Shapiro follows up Because I Could Not Stop My Bike, and Other Poems (2003), illustrated by Matt Faulkner, with 23 more ingenious takeoffs on works from Emily Dickinson and similar renowned poets. Paying due homage to the originals with citations on the page and endnotes too, she artfully commandeers phrases and rhythms while steering the actual topics in wildly different directions. She transforms Poe’s “The Bells,” for instance, to “The Smells”: “Use your nose and find the smells! / All the smells! / What a lot of different things your sniffing nose foretells!” Not all of the entries are satirical, but Shapiro’s at her best when poking fun, whether she’s riffing on Blake’s “Sick Love” (“Oh, Tummy—you are sick! / I ate too much / of ice cream on a stick.”), Lord Byron (“So, our noses we’ll be blowing”) or even Stevenson’s “Requiem”: “Under a polka-dotted sheet.” Love’s monochrome ink-and-wash illustrations feature a multi-racial cast of children in various forms of travail or postures of reverie, along with the occasional stinky sponge, spattered pet or interested-looking bird. Read these aloud, either just for fun or to add decidedly different angles to a poetry unit. (Poetry. 9-12)

Pub Date: Feb. 1, 2007

ISBN: 1-58089-143-8

Page Count: 48

Publisher: Charlesbridge

Review Posted Online: May 20, 2010

Kirkus Reviews Issue: Dec. 15, 2006

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Poet Alexander deftly reveals the power of the format to pack an emotional punch.

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Basketball-playing twins find challenges to their relationship on and off the court as they cope with changes in their lives.

Josh Bell and his twin, Jordan, aka JB, are stars of their school basketball team. They are also successful students, since their educator mother will stand for nothing else. As the two middle schoolers move to a successful season, readers can see their differences despite the sibling connection. After all, Josh has dreadlocks and is quiet on court, and JB is bald and a trash talker. Their love of the sport comes from their father, who had also excelled in the game, though his championship was achieved overseas. Now, however, he does not have a job and seems to have health problems the parents do not fully divulge to the boys. The twins experience their first major rift when JB is attracted to a new girl in their school, and Josh finds himself without his brother. This novel in verse is rich in character and relationships. Most interesting is the family dynamic that informs so much of the narrative, which always reveals, never tells. While Josh relates the story, readers get a full picture of major and minor players. The basketball action provides energy and rhythm for a moving story.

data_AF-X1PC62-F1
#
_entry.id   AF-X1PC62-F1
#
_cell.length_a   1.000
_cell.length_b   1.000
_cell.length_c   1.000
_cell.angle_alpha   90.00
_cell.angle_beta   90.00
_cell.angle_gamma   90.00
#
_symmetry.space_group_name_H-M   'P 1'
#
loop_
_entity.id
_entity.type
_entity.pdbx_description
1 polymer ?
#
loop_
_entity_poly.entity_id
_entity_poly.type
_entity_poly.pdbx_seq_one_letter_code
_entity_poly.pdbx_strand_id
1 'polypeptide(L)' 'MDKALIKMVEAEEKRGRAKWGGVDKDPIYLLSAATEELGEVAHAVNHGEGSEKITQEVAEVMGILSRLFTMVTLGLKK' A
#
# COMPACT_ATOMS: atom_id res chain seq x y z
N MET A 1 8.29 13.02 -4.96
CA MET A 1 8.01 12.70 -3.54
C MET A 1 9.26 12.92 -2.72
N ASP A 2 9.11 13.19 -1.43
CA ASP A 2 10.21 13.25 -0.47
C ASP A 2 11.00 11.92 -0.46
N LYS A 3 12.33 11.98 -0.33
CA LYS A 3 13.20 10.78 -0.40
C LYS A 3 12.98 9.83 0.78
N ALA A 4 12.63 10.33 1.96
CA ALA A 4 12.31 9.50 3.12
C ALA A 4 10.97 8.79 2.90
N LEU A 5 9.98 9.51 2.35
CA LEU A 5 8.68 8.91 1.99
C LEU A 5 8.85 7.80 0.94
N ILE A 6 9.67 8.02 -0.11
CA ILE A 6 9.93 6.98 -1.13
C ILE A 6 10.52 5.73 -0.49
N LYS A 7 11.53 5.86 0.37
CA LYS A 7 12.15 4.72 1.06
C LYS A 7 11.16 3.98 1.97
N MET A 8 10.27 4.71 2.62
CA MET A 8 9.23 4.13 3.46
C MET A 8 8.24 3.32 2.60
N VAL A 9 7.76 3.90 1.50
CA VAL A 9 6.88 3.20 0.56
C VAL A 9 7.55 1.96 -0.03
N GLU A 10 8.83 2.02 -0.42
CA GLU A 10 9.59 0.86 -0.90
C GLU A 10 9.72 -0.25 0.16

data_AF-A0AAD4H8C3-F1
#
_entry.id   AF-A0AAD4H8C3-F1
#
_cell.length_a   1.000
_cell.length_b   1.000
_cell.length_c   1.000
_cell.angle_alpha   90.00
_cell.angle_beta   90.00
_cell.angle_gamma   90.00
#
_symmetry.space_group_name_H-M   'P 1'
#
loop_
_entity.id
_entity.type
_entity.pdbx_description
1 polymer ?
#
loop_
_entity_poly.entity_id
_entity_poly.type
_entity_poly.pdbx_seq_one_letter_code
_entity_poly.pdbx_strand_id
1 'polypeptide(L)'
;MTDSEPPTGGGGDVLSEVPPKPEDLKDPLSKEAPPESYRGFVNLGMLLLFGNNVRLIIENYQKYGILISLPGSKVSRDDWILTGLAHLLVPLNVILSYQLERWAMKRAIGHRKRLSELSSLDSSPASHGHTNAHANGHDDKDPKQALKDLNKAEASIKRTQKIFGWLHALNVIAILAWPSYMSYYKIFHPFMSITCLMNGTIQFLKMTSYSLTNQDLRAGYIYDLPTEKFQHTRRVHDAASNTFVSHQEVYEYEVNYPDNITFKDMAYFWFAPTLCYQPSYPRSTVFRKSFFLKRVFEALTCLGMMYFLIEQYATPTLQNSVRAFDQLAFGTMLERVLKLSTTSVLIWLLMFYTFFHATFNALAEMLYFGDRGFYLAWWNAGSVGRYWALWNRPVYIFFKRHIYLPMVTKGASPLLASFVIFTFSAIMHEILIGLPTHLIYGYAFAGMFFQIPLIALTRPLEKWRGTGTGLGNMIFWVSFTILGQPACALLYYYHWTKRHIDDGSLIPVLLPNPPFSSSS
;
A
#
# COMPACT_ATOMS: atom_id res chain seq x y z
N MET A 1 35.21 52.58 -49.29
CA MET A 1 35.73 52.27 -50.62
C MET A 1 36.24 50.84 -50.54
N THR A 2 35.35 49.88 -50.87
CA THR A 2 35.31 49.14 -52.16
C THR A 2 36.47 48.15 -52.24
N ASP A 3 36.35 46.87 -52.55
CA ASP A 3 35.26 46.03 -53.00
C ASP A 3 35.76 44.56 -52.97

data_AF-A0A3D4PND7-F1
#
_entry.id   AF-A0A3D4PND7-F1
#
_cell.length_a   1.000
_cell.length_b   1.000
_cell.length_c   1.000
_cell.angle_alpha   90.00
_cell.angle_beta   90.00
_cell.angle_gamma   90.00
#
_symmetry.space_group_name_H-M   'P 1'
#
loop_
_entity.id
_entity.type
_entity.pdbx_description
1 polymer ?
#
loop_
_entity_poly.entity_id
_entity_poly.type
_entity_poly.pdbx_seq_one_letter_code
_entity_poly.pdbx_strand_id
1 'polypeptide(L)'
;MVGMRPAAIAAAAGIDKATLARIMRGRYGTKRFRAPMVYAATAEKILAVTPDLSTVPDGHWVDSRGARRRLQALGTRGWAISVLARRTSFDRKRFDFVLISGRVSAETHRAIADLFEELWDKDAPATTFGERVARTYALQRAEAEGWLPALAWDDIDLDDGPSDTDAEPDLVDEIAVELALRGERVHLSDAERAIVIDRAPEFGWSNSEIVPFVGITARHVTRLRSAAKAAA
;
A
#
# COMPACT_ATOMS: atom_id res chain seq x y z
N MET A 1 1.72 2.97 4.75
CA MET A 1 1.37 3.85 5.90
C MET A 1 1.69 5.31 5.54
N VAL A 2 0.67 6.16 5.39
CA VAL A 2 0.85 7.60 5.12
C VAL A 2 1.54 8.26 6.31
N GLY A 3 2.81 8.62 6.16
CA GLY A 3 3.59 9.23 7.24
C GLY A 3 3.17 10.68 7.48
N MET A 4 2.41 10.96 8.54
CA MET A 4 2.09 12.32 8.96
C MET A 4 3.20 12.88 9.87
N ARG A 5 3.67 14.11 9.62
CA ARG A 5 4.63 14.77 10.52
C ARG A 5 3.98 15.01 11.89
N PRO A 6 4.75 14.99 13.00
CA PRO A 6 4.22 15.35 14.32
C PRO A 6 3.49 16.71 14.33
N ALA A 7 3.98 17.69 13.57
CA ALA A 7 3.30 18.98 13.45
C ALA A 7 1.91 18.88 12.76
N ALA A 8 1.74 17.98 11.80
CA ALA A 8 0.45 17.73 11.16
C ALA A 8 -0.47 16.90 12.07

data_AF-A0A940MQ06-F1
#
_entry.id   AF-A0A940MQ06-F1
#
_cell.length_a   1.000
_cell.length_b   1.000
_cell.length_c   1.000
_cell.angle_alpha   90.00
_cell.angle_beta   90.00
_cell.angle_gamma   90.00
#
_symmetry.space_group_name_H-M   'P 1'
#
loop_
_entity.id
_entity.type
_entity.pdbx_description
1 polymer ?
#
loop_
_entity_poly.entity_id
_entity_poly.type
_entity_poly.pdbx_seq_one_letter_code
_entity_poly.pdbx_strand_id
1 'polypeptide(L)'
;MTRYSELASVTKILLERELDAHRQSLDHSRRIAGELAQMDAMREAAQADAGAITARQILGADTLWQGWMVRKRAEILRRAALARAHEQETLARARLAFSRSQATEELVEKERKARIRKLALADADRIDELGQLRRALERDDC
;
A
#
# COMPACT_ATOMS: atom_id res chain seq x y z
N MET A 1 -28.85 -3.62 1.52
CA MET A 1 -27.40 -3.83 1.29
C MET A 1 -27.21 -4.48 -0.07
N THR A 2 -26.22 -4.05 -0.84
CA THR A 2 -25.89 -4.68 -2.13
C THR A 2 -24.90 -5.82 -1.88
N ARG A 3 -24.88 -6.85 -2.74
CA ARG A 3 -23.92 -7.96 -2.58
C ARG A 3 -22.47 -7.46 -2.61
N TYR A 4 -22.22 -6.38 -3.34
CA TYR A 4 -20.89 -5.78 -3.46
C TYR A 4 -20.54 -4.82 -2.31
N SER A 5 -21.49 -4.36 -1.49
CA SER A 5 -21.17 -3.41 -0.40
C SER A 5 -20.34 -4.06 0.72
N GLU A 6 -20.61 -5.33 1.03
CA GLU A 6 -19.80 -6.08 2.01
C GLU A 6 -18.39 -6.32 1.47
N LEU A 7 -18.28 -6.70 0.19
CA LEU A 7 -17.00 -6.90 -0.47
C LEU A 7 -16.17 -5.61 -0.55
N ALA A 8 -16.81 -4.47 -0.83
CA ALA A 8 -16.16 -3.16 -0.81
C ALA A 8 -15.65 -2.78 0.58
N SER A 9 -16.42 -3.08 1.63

Poet Alexander deftly reveals the power of the format to pack an emotional punch. (Verse fiction. 9-12)

Pub Date: March 18, 2014

ISBN: 978-0-544-10771-7

Page Count: 240

Publisher: HMH Books

Review Posted Online: Dec. 18, 2013

Kirkus Reviews Issue: Jan. 15, 2014

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PLB 0-06-027940-0 Dakos’s collection of 23 poems from the perspective of items found at school satisfies the I Can Read requirements of simplicity and word repetition, but may not lure beginning readers back for a second time. The material is uninspiring: The school’s front door says, “Keep me shut,/I have the flu,/Achooooooooo!/Achooooooooo!/Achooooooooo!/Achooooooooo!/Keep me shut,/I have the flu.” A book sings “Happy Birthday” to a ruler, then sings “Happy Unbirthday” when the ruler says that it is not its birthday. Also appearing are a couple of clever items—one on a kidnapped pencil and another on a comb pulling hazardous duty—along with some typographic elements that amiably convey the idea that words are malleable; Reed’s illustrations possess geniality and character, making some inanimate objects very personable. (Picture book. 4-8)

Pub Date: Aug. 31, 1999

ISBN: 0-06-027939-7

Page Count: 48

Publisher: HarperCollins

Review Posted Online: May 20, 2010

Kirkus Reviews Issue: July 1, 1999

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